Other efforts have been made to develop interferometers that do not require precision bearings or control systems. Tiltable assemblies consisting of a pair of parallel, confronting mirrors have been suggested as replacements to the longitudinally displaced retroreflector. U.S. Pat. No. 4,915,502, issued on Apr. 10, 1990, teaches a twin-arm interferometer spectrometer having a tiltable assembly by which the optical path lengths of the two beams are varied simultaneously. A much smaller rotation, relative to retroreflectors, of the paired mirrors results in the path difference. This design reduces sensitivity to linear movement of the optical element; moreover, rotating bearings are generally easier and less expensive to produce than are longitudinal or linear ones.

U.S. Pat. No. 4,383,762, issued on May 17, 1983 and provides a two-beam interferometer for FTIR spectroscopy in which a pendulum arm holds moving cube corner retroreflectors. The movement, i.e. arcuate oscillation, results in accurate changes in path-length produced in a smooth motion. The retroreflectors render the system unaffected by the tilt and avoids the disadvantages for FTIR spectroscopy that are inherent in the deviation from strict linearity from the pendulous motion.

So-called “porch swing” mounting arrangements are also known in the art. Here, structural elements are supported at four pivot points and form a parallelogram by which a mirror undergoes pure translation along an axis. The extremely high machining tolerances required of such an arrangement and related issue of assembling same, result in high costs of both manufacture and maintenance. In addition, such pure translation flexure mounts are not typically useful for the relatively large displacements necessary for high resolution applications. The need for greater displacement can be achieved, but primarily through great cost of highly engineered precision instrumentation.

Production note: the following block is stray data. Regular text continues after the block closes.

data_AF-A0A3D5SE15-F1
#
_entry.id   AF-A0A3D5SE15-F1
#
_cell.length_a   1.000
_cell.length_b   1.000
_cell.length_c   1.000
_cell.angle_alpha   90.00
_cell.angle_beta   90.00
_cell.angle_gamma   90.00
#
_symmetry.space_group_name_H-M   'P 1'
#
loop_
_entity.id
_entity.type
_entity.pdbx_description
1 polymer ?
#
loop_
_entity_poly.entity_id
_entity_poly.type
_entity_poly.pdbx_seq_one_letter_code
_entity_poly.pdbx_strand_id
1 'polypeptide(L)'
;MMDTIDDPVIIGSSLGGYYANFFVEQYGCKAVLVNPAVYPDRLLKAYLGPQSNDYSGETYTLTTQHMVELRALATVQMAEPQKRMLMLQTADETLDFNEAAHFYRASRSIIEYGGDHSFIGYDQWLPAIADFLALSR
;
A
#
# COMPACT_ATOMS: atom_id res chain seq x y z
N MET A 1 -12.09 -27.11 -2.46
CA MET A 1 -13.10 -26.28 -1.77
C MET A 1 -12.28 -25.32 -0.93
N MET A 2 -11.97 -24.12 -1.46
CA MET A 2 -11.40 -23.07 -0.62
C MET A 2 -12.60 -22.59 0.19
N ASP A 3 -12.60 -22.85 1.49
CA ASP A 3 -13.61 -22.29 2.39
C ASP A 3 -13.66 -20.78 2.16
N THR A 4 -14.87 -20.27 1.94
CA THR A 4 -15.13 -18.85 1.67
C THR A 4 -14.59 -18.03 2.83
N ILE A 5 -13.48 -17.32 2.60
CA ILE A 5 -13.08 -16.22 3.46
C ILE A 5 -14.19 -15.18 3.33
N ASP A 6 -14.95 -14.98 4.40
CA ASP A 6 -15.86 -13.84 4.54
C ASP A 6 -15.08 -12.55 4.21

Over and above the issues raised above, the mirror-supporting structure must be isolated to the greatest possible degree from extraneous forces which would tend to produce distortions of the structure. Such forces and resultant distortions introduce inaccuracies into the optical measurements. The forces may arise from vibrational effects from the environment and can be rotational or translational in nature. A similarly pervasive issue concerns thermal and mechanical forces. Needless to say, considerations of weight, size, facility of use, efficiency, manufacturing cost and feasibility are also of primary importance.

Accordingly, it would be desirable to provide an optical assembly comprising a flexure mount with pure translation over a sufficiently large displacement at a reasonable cost of manufacture and maintenance. It is also desirable that the optical assembly be isolated from extraneous forces tending to produce optical distortions.

SUMMARY OF THE INVENTION

Accordingly, it is a broad object of the invention to provide a precision instrument flexure mount comprising a base, an actuator having a fixed relationship to the base and a frame mounted on the base. The flexure mount has two base monolithic springs and two carriage monolithic springs, each spring having a cross piece and two vertical pieces with bottom ends. A plurality of transverse members is also provided. Each transverse member is fastened to a top frame portion with at least a portion of one spring cross piece held therebetween. The bottom end of each vertical piece of the carriage springs is fastened between a connection member and a carriage member while the bottom end of each vertical piece of the base springs is fastened between a connection member and the base. A translation arm is attached adjacent a first end to the actuator and adjacent a second end to a precision instrument element. A central portion of the translation arm extends through the frame, the central portion attached to the carriage member. The actuator imparts a force on the arm, and the frame functions such that translation of the arm through the frame is constrained to one orthogonal axis.